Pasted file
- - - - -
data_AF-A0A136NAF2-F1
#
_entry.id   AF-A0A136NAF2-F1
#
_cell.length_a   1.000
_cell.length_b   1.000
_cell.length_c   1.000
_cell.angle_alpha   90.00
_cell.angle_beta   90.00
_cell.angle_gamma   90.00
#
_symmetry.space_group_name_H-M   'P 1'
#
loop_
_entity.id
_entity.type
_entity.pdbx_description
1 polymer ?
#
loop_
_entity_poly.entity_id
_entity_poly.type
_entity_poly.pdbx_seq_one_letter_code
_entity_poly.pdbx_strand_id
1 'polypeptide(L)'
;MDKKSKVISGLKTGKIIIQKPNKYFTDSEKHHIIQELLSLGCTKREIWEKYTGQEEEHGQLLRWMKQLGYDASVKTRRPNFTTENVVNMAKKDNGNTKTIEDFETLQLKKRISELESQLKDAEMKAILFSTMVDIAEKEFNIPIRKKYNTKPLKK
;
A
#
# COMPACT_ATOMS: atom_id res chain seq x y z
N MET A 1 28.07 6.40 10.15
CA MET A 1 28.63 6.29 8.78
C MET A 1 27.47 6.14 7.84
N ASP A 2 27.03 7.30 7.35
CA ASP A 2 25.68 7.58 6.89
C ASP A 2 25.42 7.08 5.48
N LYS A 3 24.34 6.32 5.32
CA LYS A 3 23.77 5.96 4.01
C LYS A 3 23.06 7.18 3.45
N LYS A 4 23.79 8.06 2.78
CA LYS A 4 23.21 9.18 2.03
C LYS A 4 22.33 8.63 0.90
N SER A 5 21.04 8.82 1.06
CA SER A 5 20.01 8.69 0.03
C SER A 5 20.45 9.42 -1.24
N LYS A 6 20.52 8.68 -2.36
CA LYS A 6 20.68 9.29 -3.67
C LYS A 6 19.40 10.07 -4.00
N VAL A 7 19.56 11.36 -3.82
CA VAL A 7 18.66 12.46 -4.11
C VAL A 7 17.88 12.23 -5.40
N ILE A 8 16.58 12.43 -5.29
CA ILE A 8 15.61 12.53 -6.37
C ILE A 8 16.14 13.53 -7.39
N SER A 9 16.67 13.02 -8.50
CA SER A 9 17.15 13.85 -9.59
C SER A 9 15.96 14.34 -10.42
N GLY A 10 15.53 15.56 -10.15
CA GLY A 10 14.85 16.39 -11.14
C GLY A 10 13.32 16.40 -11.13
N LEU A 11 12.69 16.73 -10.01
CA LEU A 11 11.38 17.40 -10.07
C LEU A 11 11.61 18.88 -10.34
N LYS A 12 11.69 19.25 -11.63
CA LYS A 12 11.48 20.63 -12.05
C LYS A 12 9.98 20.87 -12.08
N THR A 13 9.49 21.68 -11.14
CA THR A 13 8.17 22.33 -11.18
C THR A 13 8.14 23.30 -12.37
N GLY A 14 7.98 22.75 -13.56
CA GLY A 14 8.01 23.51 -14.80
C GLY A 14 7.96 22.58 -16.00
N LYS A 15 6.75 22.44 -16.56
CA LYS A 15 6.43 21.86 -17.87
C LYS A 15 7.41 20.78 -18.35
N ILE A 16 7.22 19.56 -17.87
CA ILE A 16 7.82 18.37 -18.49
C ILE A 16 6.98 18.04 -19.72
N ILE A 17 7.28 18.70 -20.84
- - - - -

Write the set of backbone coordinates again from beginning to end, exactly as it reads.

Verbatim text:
data_AF-A0A136NAF2-F1
#
_entry.id   AF-A0A136NAF2-F1
#
_cell.length_a   1.000
_cell.length_b   1.000
_cell.length_c   1.000
_cell.angle_alpha   90.00
_cell.angle_beta   90.00
_cell.angle_gamma   90.00
#
_symmetry.space_group_name_H-M   'P 1'
#
loop_
_entity.id
_entity.type
_entity.pdbx_description
1 polymer ?
#
loop_
_entity_poly.entity_id
_entity_poly.type
_entity_poly.pdbx_seq_one_letter_code
_entity_poly.pdbx_strand_id
1 'polypeptide(L)'
;MDKKSKVISGLKTGKIIIQKPNKYFTDSEKHHIIQELLSLGCTKREIWEKYTGQEEEHGQLLRWMKQLGYDASVKTRRPNFTTENVVNMAKKDNGNTKTIEDFETLQLKKRISELESQLKDAEMKAILFSTMVDIAEKEFNIPIRKKYNTKPLKK
;
A
#
# COMPACT_ATOMS: atom_id res chain seq x y z
N MET A 1 28.07 6.40 10.15
CA MET A 1 28.63 6.29 8.78
C MET A 1 27.47 6.14 7.84
N ASP A 2 27.03 7.30 7.35
CA ASP A 2 25.68 7.58 6.89
C ASP A 2 25.42 7.08 5.48
N LYS A 3 24.34 6.32 5.32
CA LYS A 3 23.77 5.96 4.01
C LYS A 3 23.06 7.18 3.45
N LYS A 4 23.79 8.06 2.78
CA LYS A 4 23.21 9.18 2.03
C LYS A 4 22.33 8.63 0.90
N SER A 5 21.04 8.82 1.06
CA SER A 5 20.01 8.69 0.03
C SER A 5 20.45 9.42 -1.24
N LYS A 6 20.52 8.68 -2.36
CA LYS A 6 20.68 9.29 -3.67
C LYS A 6 19.40 10.07 -4.00
N VAL A 7 19.56 11.36 -3.82
CA VAL A 7 18.66 12.46 -4.11
C VAL A 7 17.88 12.23 -5.40
N ILE A 8 16.58 12.43 -5.29
CA ILE A 8 15.61 12.53 -6.37
C ILE A 8 16.14 13.53 -7.39
N SER A 9 16.67 13.02 -8.50
CA SER A 9 17.15 13.85 -9.59
C SER A 9 15.96 14.34 -10.42
N GLY A 10 15.53 15.56 -10.15
CA GLY A 10 14.85 16.39 -11.14
C GLY A 10 13.32 16.40 -11.13
N LEU A 11 12.69 16.73 -10.01
CA LEU A 11 11.38 17.40 -10.07
C LEU A 11 11.61 18.88 -10.34
N LYS A 12 11.69 19.25 -11.63
CA LYS A 12 11.48 20.63 -12.05
C LYS A 12 9.98 20.87 -12.08
N THR A 13 9.49 21.68 -11.14
CA THR A 13 8.17 22.33 -11.18
C THR A 13 8.14 23.30 -12.37
N GLY A 14 7.98 22.75 -13.56
CA GLY A 14 8.01 23.51 -14.80
C GLY A 14 7.96 22.58 -16.00
N LYS A 15 6.75 22.44 -16.56
CA LYS A 15 6.43 21.86 -17.87
C LYS A 15 7.41 20.78 -18.35
N ILE A 16 7.22 19.56 -17.87
CA ILE A 16 7.82 18.37 -18.49
C ILE A 16 6.98 18.04 -19.72
N ILE A 17 7.28 18.70 -20.84